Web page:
Cause the vandals took the handles..

      • Barbara VBarbara V says: 1328 comments
        OHD Supporter

        1800 cottage
        Upstate, NY

        No, it’s “VANdAlS” (just a mix of upper and lower case letters). Ironic, huh?

        Anyway… What is it about an intact antique staircase that makes even the worst wreck seem worthy of restoration…?

        • Barbara VBarbara V says: 1328 comments
          OHD Supporter

          1800 cottage
          Upstate, NY

          I.e., “vandals” Ran out of editing time to clarify…

        • No I’ve been inside. There is nothing to restore. You would have to tear out every floor and redo the foundation.

          This is brick walls and some roof.

          He is still taking out any salvageable antiques and having people come pick and pay for anything that may make the property valuable.

          You would basically be trying to build an entire new house inside the old brick.
          We were there yesterday.

          • Such a shame….I can’t stand when old buildings are essentially looted and then left with the hope of someone else sinking in tons of money to prevent it falling into neglect.

  3. Belladog1Belladog1 says: 285 comments
    OHD Supporter

    It’s a good thing only the front roof is new because you are going to have to put a large hole in the back roof to dump all the money in. I do hope some one has the guts and cash to restore this place. It could be a very cool space. It’s a shame the history that gets lost when some one looks at and old building and thinks total loss tear it down and put up something nasty.

  4. BethanyBethany says: 3548 comments
    OHD Supporter

    1983 White elephant
    Escondido, CA

    Hmmm not too much to salvage inside but I do spy what I think is an old mimeograph machine in the fifth picture from the bottom–maybe the former offices for the school?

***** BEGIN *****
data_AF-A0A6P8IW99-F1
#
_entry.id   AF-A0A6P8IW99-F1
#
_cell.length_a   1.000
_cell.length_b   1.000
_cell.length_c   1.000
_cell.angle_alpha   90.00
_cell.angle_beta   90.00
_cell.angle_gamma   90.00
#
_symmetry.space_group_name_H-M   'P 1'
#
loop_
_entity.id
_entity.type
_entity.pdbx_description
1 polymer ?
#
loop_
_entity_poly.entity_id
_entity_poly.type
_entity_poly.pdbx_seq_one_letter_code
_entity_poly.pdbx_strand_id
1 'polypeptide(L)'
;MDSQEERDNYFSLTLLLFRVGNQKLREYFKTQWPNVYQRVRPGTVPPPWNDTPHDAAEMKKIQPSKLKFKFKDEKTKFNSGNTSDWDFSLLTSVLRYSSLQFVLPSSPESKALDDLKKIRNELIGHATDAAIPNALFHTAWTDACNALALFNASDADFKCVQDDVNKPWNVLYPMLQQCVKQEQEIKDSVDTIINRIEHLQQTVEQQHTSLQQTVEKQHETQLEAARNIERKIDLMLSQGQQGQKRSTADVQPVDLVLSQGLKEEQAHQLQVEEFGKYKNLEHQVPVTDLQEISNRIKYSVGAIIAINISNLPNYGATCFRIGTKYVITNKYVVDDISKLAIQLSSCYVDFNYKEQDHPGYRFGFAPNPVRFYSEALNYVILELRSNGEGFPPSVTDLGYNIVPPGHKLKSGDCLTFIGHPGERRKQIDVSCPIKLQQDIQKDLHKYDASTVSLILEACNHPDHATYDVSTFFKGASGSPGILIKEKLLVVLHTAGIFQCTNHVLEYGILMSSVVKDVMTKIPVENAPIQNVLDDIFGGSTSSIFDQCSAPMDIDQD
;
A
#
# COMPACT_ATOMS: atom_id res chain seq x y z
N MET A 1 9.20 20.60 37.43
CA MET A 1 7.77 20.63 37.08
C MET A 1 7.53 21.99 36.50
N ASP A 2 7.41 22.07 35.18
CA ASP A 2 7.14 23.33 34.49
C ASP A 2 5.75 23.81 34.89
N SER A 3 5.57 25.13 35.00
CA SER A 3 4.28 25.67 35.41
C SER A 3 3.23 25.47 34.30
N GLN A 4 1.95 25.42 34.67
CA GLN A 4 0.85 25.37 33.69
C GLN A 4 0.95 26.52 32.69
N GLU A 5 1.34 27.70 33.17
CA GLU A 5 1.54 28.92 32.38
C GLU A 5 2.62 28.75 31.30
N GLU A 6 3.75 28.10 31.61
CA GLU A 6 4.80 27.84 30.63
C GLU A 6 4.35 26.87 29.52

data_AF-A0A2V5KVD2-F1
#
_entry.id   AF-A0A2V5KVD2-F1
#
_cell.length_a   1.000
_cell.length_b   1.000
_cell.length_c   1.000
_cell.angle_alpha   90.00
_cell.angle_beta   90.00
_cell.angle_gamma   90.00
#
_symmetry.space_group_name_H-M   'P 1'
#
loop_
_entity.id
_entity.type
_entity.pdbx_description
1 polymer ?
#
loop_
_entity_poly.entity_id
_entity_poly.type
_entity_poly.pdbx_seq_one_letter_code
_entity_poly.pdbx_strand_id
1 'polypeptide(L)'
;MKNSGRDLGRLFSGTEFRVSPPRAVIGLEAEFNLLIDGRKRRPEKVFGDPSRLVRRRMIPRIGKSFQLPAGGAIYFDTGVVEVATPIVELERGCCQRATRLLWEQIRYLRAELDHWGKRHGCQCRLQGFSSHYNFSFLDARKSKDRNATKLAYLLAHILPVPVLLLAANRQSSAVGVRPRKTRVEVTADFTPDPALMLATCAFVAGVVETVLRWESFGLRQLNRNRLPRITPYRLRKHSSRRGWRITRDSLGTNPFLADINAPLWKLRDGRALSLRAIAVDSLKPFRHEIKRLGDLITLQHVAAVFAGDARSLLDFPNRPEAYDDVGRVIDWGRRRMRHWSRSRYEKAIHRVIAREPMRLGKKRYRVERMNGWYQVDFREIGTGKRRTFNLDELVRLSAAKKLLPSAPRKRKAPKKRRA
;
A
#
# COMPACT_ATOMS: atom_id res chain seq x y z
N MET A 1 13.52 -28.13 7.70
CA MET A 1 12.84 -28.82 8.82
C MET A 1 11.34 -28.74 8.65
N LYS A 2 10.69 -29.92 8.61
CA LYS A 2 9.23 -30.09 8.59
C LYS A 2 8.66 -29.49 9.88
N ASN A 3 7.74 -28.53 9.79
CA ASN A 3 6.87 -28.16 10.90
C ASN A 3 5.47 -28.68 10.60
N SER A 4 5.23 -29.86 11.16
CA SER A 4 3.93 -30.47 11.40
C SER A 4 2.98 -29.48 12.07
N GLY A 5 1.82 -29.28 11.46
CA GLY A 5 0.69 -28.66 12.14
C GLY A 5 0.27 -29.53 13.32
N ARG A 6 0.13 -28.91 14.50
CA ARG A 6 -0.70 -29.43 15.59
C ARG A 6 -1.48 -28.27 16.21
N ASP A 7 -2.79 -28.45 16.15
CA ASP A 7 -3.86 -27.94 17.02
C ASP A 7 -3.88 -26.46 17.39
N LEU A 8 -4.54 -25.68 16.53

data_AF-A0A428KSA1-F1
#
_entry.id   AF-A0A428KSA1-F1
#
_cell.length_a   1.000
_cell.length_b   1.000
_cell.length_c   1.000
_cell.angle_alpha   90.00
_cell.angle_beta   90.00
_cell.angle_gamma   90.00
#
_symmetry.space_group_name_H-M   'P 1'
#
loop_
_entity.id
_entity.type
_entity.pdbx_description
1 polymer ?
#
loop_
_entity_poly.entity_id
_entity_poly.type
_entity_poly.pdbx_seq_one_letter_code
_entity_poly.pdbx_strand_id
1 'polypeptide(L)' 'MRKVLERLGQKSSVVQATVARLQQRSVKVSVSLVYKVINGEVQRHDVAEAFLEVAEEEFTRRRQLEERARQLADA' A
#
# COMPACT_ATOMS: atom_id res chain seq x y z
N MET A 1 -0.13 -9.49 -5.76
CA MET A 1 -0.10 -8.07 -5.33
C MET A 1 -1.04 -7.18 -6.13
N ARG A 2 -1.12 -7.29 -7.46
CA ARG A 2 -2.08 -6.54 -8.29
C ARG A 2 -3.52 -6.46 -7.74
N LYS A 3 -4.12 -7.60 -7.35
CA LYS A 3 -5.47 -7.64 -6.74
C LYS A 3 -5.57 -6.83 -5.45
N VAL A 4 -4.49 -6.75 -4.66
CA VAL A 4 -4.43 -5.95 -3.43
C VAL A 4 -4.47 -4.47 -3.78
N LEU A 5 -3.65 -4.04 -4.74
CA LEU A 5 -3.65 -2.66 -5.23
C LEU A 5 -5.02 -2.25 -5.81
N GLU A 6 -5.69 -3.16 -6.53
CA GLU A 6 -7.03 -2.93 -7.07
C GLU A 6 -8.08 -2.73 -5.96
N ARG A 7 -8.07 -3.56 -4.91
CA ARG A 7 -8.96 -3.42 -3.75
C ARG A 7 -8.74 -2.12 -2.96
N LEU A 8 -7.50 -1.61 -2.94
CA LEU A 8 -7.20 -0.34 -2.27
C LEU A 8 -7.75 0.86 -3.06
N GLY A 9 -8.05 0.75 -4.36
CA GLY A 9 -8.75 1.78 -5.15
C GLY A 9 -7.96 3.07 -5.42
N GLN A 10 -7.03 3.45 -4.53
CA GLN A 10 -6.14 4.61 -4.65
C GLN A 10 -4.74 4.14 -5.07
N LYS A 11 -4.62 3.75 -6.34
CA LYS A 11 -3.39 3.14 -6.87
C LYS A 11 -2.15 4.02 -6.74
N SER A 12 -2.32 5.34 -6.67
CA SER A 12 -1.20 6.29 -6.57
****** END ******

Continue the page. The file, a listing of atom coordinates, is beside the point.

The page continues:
5. ScottjScottj says: 68 comments

    At least the agent is honest with the photos…… no putting lipstick on a pig here!

    • prettypaddleprettypaddle says: 195 comments
      OHD Supporter

      An intrepid agent too — I’m amazed and extremely grateful that they braved the deterioration to take pictures of the interior! A beautiful building on the outside and I sorely hope someone will step up and save it.

      • KEYLIMEKEYLIME says: 1144 comments
        OHD Supporter

        The listing says that the broker is the owner. It is his interior. Encouraging that there is someone standing at the top of the stairs so we know it’s solid enough to climb. And there was a second person taking the pic. So, two people braved the interior and lived to tell about it.

  6. snarlingsquirrelsnarlingsquirrel says: 591 comments
    OHD Supporter

    1782 Quaker Georgian
    Worton, MD

    I want to say something positive about this listing:
    -It doesn’t have alligators living in the basement!
    -The tenants have left.
    -It’s a blank chalk board for the dreamer.
    -It was NOT a “FARGO” film location.
    -Plenty of fresh air and easy access to all wiring/plumbing in the walls
    -Did I mention no alligators?

  7. CoraCora says: 2100 comments
    OHD Supporter & Moderator

    Clinton, TN

    Poor thing. Such a neat old building – I imagine it was a fun place to go to school.
    I would love to go through the contents to look for old-timey school stuff. ❤

  8. GretaBGretaB says: 7 comments
    Rohnert Park, CA

    Maybe I feel sorry for her, but I think she’s beautiful.

  9. TomasczTomascz says: 128 comments